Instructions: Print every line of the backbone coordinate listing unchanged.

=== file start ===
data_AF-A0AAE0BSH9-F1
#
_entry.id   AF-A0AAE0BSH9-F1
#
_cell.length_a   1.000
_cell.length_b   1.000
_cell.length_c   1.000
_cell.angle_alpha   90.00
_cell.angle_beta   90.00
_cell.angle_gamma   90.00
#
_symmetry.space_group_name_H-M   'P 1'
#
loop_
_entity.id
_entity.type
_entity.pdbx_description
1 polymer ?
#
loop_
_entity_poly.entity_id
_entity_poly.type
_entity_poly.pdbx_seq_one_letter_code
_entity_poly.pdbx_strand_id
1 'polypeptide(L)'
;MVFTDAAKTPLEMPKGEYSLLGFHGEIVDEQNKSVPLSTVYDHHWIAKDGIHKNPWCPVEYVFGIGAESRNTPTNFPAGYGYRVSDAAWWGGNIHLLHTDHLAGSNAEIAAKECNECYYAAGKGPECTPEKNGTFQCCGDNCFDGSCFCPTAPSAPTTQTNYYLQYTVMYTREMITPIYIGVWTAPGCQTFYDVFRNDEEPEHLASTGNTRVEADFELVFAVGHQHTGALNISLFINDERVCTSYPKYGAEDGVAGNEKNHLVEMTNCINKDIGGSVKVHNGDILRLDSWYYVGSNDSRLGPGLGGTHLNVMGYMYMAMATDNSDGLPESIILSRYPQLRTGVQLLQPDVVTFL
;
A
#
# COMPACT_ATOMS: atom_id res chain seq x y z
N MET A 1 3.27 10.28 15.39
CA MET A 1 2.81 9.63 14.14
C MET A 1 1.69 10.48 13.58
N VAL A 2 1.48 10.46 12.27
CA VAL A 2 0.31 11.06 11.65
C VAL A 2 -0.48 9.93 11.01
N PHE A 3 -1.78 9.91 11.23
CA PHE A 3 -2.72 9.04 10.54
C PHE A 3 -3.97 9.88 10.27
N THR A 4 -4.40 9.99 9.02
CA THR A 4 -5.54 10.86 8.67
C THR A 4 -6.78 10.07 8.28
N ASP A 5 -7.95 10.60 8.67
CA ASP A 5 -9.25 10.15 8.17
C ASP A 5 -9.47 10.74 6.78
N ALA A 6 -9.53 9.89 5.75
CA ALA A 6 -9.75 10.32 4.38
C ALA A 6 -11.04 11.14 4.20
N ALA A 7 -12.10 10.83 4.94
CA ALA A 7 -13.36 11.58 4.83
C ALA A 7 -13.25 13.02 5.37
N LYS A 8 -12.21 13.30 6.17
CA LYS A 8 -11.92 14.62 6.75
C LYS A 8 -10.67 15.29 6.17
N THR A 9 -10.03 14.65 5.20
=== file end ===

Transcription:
data_AF-A0AAE0BSH9-F1
#
_entry.id   AF-A0AAE0BSH9-F1
#
_cell.length_a   1.000
_cell.length_b   1.000
_cell.length_c   1.000
_cell.angle_alpha   90.00
_cell.angle_beta   90.00
_cell.angle_gamma   90.00
#
_symmetry.space_group_name_H-M   'P 1'
#
loop_
_entity.id
_entity.type
_entity.pdbx_description
1 polymer ?
#
loop_
_entity_poly.entity_id
_entity_poly.type
_entity_poly.pdbx_seq_one_letter_code
_entity_poly.pdbx_strand_id
1 'polypeptide(L)'
;MVFTDAAKTPLEMPKGEYSLLGFHGEIVDEQNKSVPLSTVYDHHWIAKDGIHKNPWCPVEYVFGIGAESRNTPTNFPAGYGYRVSDAAWWGGNIHLLHTDHLAGSNAEIAAKECNECYYAAGKGPECTPEKNGTFQCCGDNCFDGSCFCPTAPSAPTTQTNYYLQYTVMYTREMITPIYIGVWTAPGCQTFYDVFRNDEEPEHLASTGNTRVEADFELVFAVGHQHTGALNISLFINDERVCTSYPKYGAEDGVAGNEKNHLVEMTNCINKDIGGSVKVHNGDILRLDSWYYVGSNDSRLGPGLGGTHLNVMGYMYMAMATDNSDGLPESIILSRYPQLRTGVQLLQPDVVTFL
;
A
#
# COMPACT_ATOMS: atom_id res chain seq x y z
N MET A 1 3.27 10.28 15.39
CA MET A 1 2.81 9.63 14.14
C MET A 1 1.69 10.48 13.58
N VAL A 2 1.48 10.46 12.27
CA VAL A 2 0.31 11.06 11.65
C VAL A 2 -0.48 9.93 11.01
N PHE A 3 -1.78 9.91 11.23
CA PHE A 3 -2.72 9.04 10.54
C PHE A 3 -3.97 9.88 10.27
N THR A 4 -4.40 9.99 9.02
CA THR A 4 -5.54 10.86 8.67
C THR A 4 -6.78 10.07 8.28
N ASP A 5 -7.95 10.60 8.67
CA ASP A 5 -9.25 10.15 8.17
C ASP A 5 -9.47 10.74 6.78
N ALA A 6 -9.53 9.89 5.75
CA ALA A 6 -9.75 10.32 4.38
C ALA A 6 -11.04 11.14 4.20
N ALA A 7 -12.10 10.83 4.94
CA ALA A 7 -13.36 11.58 4.83
C ALA A 7 -13.25 13.02 5.37
N LYS A 8 -12.21 13.30 6.17
CA LYS A 8 -11.92 14.62 6.75
C LYS A 8 -10.67 15.29 6.17
N THR A 9 -10.03 14.65 5.20